It’s common knowledge that darker beers are for cold months and lighter beers are for warm months. But what exactly should you be drinking this summer—and why?

We’ve put together a quick summer beer primer to help you ensure that you’ve been picking the right brews to quench your thirst.

Seasonal “Summer Ales”
This seems a bit like a no-brainer. But with so many seasonal beers in circulation, there’s no excuse not to give some a try. Find a brewery that you like and try its summer seasonal. Summer ales tend to be lower in alcohol content as well as in color, with many pale ales, saisons, and wheat beers floating around.

Sour Beers and Weisse
German-style Weisse (wheat beers) are sour, cloudy-colored beers that are frequently served with flavored syrups. Berliner Weisse (Berlin wheat beers) are most common with raspberry or sweet woodruff (Waldmeister) syrups, but you can get creative with your own mixtures. Belgian-style sour beers are fermented to achieve a sourness similar to that of the Weisse. They are red or amber colored, many are barrel aged, and some are brewed with spices such as coriander, wort, and salt to create unique flavors. Belgian sours include lambics, Flemish reds, and Flemish brown (oud bruin). In general, sours range in alcohol by volume from 4 percent to 8 percent.

Like Weisse, Hefeweizen are wheat beers. But they are brewed with higher proportions of wheat and a different kind of yeast. Hefeweizen are known for their citrus notes and a refreshing, tart flavor that is thick and edgy. They also have a characteristic cloudy orange color. The alcohol by volume for these beers ranges from 4 percent to 7 percent.

Another German brew that is more like a cocktail, Radler is a blend of pilsner and lemonade. Radlers haven’t been so common in the US, but you can find them disguised as summer shandy. If you wanted to make one yourself, you could take the German Pilsner of your choice and mix it 50-50 with lemonade or another type of citrus juice or soda. It’s only really a radler with lemonade, though! The alcohol by volume for a Radler is a watered-down 4 percent to 5 percent.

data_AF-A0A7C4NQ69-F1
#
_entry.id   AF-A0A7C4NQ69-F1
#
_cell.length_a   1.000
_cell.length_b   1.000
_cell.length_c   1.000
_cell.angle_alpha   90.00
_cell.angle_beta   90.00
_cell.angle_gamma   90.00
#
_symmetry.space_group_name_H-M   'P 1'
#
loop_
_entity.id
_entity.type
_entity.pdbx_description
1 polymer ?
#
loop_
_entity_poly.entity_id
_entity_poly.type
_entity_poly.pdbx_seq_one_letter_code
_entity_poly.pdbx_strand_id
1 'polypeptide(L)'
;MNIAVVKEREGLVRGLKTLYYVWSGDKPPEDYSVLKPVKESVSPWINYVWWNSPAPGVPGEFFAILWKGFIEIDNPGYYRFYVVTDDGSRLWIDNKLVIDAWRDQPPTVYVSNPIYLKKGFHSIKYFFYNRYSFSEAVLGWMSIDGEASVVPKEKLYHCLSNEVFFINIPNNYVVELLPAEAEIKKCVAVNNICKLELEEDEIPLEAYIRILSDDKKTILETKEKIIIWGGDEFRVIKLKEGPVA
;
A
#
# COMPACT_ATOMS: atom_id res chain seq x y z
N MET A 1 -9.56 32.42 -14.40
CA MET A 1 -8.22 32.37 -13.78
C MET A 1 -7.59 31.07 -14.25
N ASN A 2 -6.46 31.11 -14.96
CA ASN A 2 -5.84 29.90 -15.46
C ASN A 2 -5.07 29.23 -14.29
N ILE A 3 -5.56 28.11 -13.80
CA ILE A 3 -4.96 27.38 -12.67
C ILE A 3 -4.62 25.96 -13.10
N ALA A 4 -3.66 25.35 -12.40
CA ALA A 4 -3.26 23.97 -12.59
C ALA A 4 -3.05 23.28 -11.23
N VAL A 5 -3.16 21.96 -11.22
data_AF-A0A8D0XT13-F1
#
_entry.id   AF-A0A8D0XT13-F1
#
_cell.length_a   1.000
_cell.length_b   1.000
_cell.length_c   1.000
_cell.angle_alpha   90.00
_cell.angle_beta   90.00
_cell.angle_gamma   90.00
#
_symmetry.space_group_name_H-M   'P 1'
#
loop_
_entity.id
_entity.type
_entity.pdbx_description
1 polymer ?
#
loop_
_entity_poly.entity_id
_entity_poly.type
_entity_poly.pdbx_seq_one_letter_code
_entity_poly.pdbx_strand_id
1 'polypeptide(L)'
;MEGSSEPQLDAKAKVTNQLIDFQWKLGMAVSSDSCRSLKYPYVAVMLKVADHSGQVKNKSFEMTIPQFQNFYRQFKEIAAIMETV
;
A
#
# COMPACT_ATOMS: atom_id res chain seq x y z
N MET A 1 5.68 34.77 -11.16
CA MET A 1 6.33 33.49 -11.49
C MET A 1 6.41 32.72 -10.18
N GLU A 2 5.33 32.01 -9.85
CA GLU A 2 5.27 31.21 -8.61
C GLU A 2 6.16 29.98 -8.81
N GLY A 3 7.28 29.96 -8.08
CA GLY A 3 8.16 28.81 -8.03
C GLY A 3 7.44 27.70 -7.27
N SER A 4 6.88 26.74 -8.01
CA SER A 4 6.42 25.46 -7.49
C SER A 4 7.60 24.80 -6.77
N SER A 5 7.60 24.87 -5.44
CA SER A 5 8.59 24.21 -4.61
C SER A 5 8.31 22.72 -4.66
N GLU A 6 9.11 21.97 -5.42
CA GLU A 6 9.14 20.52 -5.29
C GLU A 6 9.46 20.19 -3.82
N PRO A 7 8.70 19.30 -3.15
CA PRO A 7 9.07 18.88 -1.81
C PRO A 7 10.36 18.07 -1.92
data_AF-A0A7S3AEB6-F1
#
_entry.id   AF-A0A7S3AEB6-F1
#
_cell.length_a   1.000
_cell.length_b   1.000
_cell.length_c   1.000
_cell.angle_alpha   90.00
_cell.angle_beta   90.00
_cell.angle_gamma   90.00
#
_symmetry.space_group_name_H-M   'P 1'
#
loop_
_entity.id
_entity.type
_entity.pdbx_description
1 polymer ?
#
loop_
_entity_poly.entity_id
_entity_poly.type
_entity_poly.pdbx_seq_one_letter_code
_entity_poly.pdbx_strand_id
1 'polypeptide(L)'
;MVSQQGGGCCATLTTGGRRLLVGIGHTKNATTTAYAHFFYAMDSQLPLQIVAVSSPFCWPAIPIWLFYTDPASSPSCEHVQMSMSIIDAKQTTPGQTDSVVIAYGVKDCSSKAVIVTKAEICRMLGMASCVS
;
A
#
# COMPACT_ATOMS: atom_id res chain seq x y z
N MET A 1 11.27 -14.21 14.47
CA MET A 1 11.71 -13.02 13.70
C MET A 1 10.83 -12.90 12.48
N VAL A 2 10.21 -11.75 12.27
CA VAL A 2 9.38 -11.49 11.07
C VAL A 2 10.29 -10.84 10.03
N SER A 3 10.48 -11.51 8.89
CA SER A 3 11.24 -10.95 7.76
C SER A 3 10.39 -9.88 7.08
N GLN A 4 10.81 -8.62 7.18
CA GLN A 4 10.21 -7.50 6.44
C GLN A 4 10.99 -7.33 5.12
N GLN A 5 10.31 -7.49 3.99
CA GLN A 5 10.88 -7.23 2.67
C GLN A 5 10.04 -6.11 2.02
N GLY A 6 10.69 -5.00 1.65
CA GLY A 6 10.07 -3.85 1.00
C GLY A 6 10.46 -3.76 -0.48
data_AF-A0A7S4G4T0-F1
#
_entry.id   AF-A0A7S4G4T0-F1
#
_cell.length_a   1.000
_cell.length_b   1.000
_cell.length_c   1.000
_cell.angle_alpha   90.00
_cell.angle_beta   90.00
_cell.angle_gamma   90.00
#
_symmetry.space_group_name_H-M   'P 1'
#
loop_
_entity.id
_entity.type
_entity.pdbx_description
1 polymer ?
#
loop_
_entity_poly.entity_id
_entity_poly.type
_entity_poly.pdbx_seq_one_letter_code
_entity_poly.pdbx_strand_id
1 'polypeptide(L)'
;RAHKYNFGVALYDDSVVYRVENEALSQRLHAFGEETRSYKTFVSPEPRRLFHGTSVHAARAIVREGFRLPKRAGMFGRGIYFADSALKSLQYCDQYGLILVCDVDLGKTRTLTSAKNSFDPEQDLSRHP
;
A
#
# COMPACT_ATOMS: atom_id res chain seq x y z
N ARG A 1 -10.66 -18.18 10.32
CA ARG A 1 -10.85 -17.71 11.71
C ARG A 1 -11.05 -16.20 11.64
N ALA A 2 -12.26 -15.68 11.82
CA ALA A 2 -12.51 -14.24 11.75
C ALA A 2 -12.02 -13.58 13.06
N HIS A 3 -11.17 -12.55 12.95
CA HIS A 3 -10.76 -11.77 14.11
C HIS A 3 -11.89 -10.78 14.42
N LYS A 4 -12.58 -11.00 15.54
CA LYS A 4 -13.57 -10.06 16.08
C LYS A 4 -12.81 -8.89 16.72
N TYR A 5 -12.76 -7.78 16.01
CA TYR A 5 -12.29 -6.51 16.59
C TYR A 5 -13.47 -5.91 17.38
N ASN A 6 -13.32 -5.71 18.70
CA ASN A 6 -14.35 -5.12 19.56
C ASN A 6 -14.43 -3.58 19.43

Typically golden in color and fizzy, lagers are malty, bitter, and complex. They are clean-tasting, bright, and well-balanced. Although traditional lagers can be traced to the Czech Republic, there are also German and American lagers. They are all similar, but have different ratios of malt to hops. Lagers range in alcohol by volume from 4 percent to 6 percent.

Pale Ales and Saisons
Pale ales are English in origin, and are usually split into “pale ales” and “American pale ales.” The American version tends to be hoppier, whereas the British version is maltier. Both are very aromatic. Saisons offer extra carbonation along with fruity aromas and spicy flavors. Also known as farmhouse ales because of their origins, saisons are frequently bottle conditioned and range in alcohol by volume from 5 percent to 8 percent.

All that said, these aren’t meant to be hard and fast rules. If you feel like sipping a stout, then go for it! The most important part of enjoying a nice, cold beer is the enjoyment you receive from drinking what you want.

We’re here for you at Noble Hops: When the thermometer gets going into the triple digits—and even if it doesn’t—head over to try something new, old, or beloved from our tap. You won’t leave thirsty!